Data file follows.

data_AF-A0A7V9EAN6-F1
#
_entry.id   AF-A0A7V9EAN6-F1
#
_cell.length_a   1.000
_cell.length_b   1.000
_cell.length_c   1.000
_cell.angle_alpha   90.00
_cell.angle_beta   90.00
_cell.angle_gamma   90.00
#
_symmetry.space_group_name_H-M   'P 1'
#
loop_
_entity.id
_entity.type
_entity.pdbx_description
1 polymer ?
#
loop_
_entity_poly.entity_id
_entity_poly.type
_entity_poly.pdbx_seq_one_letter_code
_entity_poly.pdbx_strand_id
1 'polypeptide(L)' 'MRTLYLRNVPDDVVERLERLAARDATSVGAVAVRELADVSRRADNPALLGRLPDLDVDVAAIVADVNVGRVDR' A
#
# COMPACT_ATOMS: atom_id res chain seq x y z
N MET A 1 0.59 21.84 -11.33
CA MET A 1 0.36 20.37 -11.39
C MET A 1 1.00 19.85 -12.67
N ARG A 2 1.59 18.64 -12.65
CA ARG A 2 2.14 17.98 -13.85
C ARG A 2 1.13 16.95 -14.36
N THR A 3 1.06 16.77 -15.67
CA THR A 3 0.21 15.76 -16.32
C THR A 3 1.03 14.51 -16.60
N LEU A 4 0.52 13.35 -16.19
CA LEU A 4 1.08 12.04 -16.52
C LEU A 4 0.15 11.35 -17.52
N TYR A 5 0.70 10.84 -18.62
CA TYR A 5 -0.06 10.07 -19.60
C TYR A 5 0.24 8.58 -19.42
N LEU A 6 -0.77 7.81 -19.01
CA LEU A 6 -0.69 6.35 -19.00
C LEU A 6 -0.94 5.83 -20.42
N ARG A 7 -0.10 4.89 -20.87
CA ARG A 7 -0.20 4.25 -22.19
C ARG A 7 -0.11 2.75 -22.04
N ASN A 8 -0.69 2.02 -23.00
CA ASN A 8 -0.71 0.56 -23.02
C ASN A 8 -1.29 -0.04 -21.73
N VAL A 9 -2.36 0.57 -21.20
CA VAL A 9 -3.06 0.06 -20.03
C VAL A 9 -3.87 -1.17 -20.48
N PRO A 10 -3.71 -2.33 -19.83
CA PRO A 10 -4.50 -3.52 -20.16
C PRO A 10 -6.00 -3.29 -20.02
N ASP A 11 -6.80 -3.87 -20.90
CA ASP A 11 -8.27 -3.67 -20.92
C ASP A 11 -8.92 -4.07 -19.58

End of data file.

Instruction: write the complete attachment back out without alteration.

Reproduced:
data_AF-A0A7V9EAN6-F1
#
_entry.id   AF-A0A7V9EAN6-F1
#
_cell.length_a   1.000
_cell.length_b   1.000
_cell.length_c   1.000
_cell.angle_alpha   90.00
_cell.angle_beta   90.00
_cell.angle_gamma   90.00
#
_symmetry.space_group_name_H-M   'P 1'
#
loop_
_entity.id
_entity.type
_entity.pdbx_description
1 polymer ?
#
loop_
_entity_poly.entity_id
_entity_poly.type
_entity_poly.pdbx_seq_one_letter_code
_entity_poly.pdbx_strand_id
1 'polypeptide(L)' 'MRTLYLRNVPDDVVERLERLAARDATSVGAVAVRELADVSRRADNPALLGRLPDLDVDVAAIVADVNVGRVDR' A
#
# COMPACT_ATOMS: atom_id res chain seq x y z
N MET A 1 0.59 21.84 -11.33
CA MET A 1 0.36 20.37 -11.39
C MET A 1 1.00 19.85 -12.67
N ARG A 2 1.59 18.64 -12.65
CA ARG A 2 2.14 17.98 -13.85
C ARG A 2 1.13 16.95 -14.36
N THR A 3 1.06 16.77 -15.67
CA THR A 3 0.21 15.76 -16.32
C THR A 3 1.03 14.51 -16.60
N LEU A 4 0.52 13.35 -16.19
CA LEU A 4 1.08 12.04 -16.52
C LEU A 4 0.15 11.35 -17.52
N TYR A 5 0.70 10.84 -18.62
CA TYR A 5 -0.06 10.07 -19.60
C TYR A 5 0.24 8.58 -19.42
N LEU A 6 -0.77 7.81 -19.01
CA LEU A 6 -0.69 6.35 -19.00
C LEU A 6 -0.94 5.83 -20.42
N ARG A 7 -0.10 4.89 -20.87
CA ARG A 7 -0.20 4.25 -22.19
C ARG A 7 -0.11 2.75 -22.04
N ASN A 8 -0.69 2.02 -23.00
CA ASN A 8 -0.71 0.56 -23.02
C ASN A 8 -1.29 -0.04 -21.73
N VAL A 9 -2.36 0.57 -21.20
CA VAL A 9 -3.06 0.06 -20.03
C VAL A 9 -3.87 -1.17 -20.48
N PRO A 10 -3.71 -2.33 -19.83
CA PRO A 10 -4.50 -3.52 -20.16
C PRO A 10 -6.00 -3.29 -20.02
N ASP A 11 -6.80 -3.87 -20.90
CA ASP A 11 -8.27 -3.67 -20.92
C ASP A 11 -8.92 -4.07 -19.58